But now, after seeing hundreds of stories and reading thousands of comments, you’ve made it clear. You’d rather see Digg go down fighting than bow down to a bigger company. We hear you, and effective immediately we won’t delete stories or comments containing the code and will deal with whatever the consequences might be.
If we lose, then what the hell, at least we died trying.
The whole story in more detail is described, for example, here.
Just some of my thoughts on the topic:
- This is probably the first case which shows the real power of the sites with user-generated content; or, to be more precise, of the users of such sites. This case might become an important turning point in the relations between users and site owners.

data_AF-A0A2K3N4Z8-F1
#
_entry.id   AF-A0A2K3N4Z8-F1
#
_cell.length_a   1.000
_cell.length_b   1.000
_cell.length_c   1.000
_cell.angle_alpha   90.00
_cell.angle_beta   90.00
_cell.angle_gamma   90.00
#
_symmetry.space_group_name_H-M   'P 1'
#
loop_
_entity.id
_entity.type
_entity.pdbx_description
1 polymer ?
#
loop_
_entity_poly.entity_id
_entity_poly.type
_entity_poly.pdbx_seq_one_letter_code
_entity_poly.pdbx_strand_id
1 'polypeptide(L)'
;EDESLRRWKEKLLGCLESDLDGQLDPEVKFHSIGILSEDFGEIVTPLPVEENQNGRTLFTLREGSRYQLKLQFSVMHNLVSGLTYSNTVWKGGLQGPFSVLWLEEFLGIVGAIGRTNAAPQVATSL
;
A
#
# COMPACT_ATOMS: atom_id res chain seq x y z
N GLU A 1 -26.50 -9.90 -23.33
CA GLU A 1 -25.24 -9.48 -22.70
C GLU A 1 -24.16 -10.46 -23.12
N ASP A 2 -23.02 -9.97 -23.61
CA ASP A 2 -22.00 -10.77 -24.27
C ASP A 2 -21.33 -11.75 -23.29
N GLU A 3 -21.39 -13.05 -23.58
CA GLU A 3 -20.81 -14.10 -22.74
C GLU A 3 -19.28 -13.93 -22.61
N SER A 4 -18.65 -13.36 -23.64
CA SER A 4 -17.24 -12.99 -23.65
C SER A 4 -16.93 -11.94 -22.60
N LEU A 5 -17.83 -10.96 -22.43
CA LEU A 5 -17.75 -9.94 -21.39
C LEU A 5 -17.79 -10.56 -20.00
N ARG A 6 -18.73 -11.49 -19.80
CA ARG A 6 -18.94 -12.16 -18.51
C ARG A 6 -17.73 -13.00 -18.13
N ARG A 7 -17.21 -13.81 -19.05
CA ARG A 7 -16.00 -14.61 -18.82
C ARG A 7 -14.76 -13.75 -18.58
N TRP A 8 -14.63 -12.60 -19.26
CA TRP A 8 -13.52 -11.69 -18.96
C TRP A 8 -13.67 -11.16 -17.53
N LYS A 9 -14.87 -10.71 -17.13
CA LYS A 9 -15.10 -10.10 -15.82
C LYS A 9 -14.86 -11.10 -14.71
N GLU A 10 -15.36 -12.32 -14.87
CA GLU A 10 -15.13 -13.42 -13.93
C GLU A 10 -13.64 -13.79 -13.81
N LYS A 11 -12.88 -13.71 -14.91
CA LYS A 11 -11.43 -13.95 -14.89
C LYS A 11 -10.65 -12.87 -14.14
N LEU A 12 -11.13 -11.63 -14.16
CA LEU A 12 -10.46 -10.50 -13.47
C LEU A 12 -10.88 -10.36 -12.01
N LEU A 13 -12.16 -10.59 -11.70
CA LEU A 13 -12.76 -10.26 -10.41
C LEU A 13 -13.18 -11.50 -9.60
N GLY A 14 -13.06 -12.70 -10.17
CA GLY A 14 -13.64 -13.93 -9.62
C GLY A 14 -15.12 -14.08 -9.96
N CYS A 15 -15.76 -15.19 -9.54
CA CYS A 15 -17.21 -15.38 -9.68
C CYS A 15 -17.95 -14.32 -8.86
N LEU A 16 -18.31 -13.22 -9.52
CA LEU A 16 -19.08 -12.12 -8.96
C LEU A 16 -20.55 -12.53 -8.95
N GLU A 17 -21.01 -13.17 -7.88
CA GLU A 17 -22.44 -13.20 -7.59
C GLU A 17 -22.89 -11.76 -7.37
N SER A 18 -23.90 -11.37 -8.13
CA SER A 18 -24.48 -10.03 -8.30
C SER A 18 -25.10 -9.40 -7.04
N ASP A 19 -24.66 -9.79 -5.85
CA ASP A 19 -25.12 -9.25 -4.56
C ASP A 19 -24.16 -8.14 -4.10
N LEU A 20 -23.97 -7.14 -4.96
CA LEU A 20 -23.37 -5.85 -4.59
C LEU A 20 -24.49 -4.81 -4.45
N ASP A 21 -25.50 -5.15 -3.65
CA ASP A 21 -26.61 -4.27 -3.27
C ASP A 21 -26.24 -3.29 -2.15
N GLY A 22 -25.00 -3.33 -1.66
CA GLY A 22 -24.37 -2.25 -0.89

- If the protection of HD-DVDs relies on a single number, then it’s in a sorry state indeed. I can’t believe that the developers of the protection thought the number will remain a mystery for any significant time.
- The behavior of the AACS (the company developing the protection and requesting the removal of the key from blogs) is an example of total stupidity. Frankly, they couldn’t do more to promote publishing of the key in thousands of blogs. This is similar to the story of Herostratus. One can think that by now people should learn: issuing a decree to forget Herostratus isn’t the best way to make people forget him.
- If someone needs another proof that DMCA went a little bit too far - here it is.
Technorati tags: HD-DVD, Digg, DMCA